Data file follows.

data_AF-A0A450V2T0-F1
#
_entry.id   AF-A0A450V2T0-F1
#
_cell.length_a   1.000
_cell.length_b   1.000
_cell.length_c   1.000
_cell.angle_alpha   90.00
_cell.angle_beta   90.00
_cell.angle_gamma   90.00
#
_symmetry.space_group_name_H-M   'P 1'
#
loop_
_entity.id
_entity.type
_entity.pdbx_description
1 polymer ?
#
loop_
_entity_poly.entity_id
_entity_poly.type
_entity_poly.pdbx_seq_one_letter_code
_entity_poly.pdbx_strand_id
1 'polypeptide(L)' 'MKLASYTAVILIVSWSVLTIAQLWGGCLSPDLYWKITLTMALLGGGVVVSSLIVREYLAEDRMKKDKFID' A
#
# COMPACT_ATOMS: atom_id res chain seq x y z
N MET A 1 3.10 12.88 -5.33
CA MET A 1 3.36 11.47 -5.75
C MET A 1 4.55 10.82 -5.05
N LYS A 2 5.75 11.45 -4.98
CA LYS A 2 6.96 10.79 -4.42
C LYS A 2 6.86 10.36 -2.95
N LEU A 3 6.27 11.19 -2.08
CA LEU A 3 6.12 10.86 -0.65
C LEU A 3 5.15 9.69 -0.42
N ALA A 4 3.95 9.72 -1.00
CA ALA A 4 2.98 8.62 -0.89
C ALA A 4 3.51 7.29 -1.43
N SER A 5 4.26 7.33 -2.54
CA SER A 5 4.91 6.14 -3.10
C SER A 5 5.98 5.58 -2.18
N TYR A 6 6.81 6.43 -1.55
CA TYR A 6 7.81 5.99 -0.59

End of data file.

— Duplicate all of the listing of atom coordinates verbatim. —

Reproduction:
data_AF-A0A450V2T0-F1
#
_entry.id   AF-A0A450V2T0-F1
#
_cell.length_a   1.000
_cell.length_b   1.000
_cell.length_c   1.000
_cell.angle_alpha   90.00
_cell.angle_beta   90.00
_cell.angle_gamma   90.00
#
_symmetry.space_group_name_H-M   'P 1'
#
loop_
_entity.id
_entity.type
_entity.pdbx_description
1 polymer ?
#
loop_
_entity_poly.entity_id
_entity_poly.type
_entity_poly.pdbx_seq_one_letter_code
_entity_poly.pdbx_strand_id
1 'polypeptide(L)' 'MKLASYTAVILIVSWSVLTIAQLWGGCLSPDLYWKITLTMALLGGGVVVSSLIVREYLAEDRMKKDKFID' A
#
# COMPACT_ATOMS: atom_id res chain seq x y z
N MET A 1 3.10 12.88 -5.33
CA MET A 1 3.36 11.47 -5.75
C MET A 1 4.55 10.82 -5.05
N LYS A 2 5.75 11.45 -4.98
CA LYS A 2 6.96 10.79 -4.42
C LYS A 2 6.86 10.36 -2.95
N LEU A 3 6.27 11.19 -2.08
CA LEU A 3 6.12 10.86 -0.65
C LEU A 3 5.15 9.69 -0.42
N ALA A 4 3.95 9.72 -1.00
CA ALA A 4 2.98 8.62 -0.89
C ALA A 4 3.51 7.29 -1.43
N SER A 5 4.26 7.33 -2.54
CA SER A 5 4.91 6.14 -3.10
C SER A 5 5.98 5.58 -2.18
N TYR A 6 6.81 6.43 -1.55
CA TYR A 6 7.81 5.99 -0.59